data_backup <- removing_missings(data)
data <- data_backup

attr(data, "NA_status") <- "no_NA"

Checklist

Clearly, there are different ways to get to Rome; I present just one, which has proved helpful for me.

Identify missings

A key point is here to address many columns in one go, otherwise it gets laborious with large data sets. Here’s one way:

library(knitr)

data %>% 
  summarise_all(funs(sum(is.na(.)))) %>% kable
age body_type diet drinks drugs education essay0 essay1 essay2 essay3 essay4 essay5 essay6 essay7 essay8 essay9 ethnicity height income job last_online location offspring orientation pets religion sex sign smokes speaks status
0 5296 24395 2985 14080 6628 5485 7571 9638 11476 10537 10847 13771 12450 19214 12602 5680 3 0 8198 0 0 35561 0 19921 20226 0 11056 5512 50 0

The function kable prints a html table (package knitr).

There seem to be quite a bit missings. Maybe better plot it.

library(ggplot2)
library(tidyr)

data %>% 
  summarise_all(funs(sum(is.na(.)))) %>% 
  gather %>% 
  ggplot(aes(x = reorder(key, value), y = value)) + geom_bar(stat = "identity") +
  coord_flip() +
  xlab("variable") +
  ylab("Absolute number of missings")

With this large number of missings, we probably will not find an easy solution. Skipping cases will hurt, but imputating may also not be appropriate. Ah, now I know: Let’s just leave it as it is for the moment :-)

Or, at least let’s remember which columns have more than, say, 10%, missings:

cols_with_some_NA <- round(colMeans(is.na(data)),2)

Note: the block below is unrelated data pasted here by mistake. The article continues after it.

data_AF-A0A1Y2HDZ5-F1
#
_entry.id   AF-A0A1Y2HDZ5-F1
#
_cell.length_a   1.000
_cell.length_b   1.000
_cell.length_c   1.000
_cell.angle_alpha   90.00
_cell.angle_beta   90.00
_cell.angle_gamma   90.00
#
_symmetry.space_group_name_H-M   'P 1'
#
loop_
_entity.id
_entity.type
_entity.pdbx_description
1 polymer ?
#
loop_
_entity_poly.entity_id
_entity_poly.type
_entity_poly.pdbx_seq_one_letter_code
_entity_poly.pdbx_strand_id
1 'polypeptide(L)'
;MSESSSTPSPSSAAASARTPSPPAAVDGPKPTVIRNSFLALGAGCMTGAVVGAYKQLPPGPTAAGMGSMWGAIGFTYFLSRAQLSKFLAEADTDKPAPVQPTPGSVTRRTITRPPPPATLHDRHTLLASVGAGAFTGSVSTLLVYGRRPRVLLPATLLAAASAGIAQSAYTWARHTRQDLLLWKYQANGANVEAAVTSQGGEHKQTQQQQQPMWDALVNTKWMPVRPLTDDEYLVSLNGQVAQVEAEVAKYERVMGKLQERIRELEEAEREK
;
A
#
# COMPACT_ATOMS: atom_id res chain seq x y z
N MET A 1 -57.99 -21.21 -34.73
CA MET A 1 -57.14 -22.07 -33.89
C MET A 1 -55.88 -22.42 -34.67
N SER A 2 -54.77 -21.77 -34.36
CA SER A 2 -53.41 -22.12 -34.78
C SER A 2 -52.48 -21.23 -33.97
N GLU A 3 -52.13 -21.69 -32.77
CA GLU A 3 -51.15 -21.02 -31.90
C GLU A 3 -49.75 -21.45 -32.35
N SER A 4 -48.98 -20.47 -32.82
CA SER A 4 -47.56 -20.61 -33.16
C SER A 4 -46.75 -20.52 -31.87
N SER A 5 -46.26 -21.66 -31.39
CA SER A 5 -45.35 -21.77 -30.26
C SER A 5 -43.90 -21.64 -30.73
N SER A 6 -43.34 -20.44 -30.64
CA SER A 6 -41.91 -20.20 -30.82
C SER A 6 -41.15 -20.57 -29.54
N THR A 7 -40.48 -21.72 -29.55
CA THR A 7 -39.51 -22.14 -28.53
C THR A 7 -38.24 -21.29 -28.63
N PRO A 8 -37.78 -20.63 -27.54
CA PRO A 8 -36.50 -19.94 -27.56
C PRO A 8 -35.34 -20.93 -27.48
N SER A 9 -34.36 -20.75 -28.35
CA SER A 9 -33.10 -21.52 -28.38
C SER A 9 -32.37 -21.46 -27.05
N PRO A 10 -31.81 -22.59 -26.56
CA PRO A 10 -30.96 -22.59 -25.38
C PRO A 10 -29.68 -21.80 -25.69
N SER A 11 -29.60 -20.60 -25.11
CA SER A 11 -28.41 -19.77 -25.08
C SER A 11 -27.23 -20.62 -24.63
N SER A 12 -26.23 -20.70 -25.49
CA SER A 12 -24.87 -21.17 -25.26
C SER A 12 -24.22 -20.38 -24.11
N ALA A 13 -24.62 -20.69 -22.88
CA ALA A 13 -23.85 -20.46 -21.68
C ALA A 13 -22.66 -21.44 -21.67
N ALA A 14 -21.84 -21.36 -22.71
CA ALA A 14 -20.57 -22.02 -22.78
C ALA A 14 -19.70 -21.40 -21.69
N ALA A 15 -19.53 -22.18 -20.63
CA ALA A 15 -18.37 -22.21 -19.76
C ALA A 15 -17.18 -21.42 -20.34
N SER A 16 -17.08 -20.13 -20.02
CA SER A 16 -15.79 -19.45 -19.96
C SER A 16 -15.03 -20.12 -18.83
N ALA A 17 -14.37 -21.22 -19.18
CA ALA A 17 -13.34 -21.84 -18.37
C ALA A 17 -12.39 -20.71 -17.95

cols_with_too_many_NA <- cols_with_some_NA[cols_with_some_NA > .1]

# alterntively:
data %>% 
  select_if(function(col) mean(is.na(col)) < .1)
## # A tibble: 59,946 x 14
##      age      body_type     drinks
##    <int>          <chr>      <chr>
## 1     22 a little extra   socially
## 2     35        average      often
## 3     38           thin   socially
## 4     23           thin   socially
## 5     29       athletic   socially
## 6     29        average   socially
## 7     32            fit   socially
## 8     31        average   socially
## 9     24           <NA>   socially
## 10    37       athletic not at all
## # ... with 59,936 more rows, and 11 more variables: essay0 <chr>,
## #   ethnicity <chr>, height <int>, income <int>, last_online <chr>,
## #   location <chr>, orientation <chr>, sex <chr>, smokes <chr>,
## #   speaks <chr>, status <chr>

OK, that are length(cols_with_too_many_NA) columns. We would not want to exclude them because they are too many.

Identify outliers

Obviously, that’s a story for numeric variable only. So let’s have a look at them first.

data %>% 
  select_if(is.numeric) %>% names
## [1] "age"    "height" "income"

Histograms are a natural and easy way to spot them and to learn something about the distribution.

data %>% 
  select_if(is.numeric) %>% 
  gather %>% 
  ggplot(aes(x = value)) + facet_wrap(~ key, scales = "free", nrow = 3) +
  geom_histogram()
## `stat_bin()` using `bins = 30`. Pick better value with `binwidth`.
## Warning: Removed 3 rows containing non-finite values (stat_bin).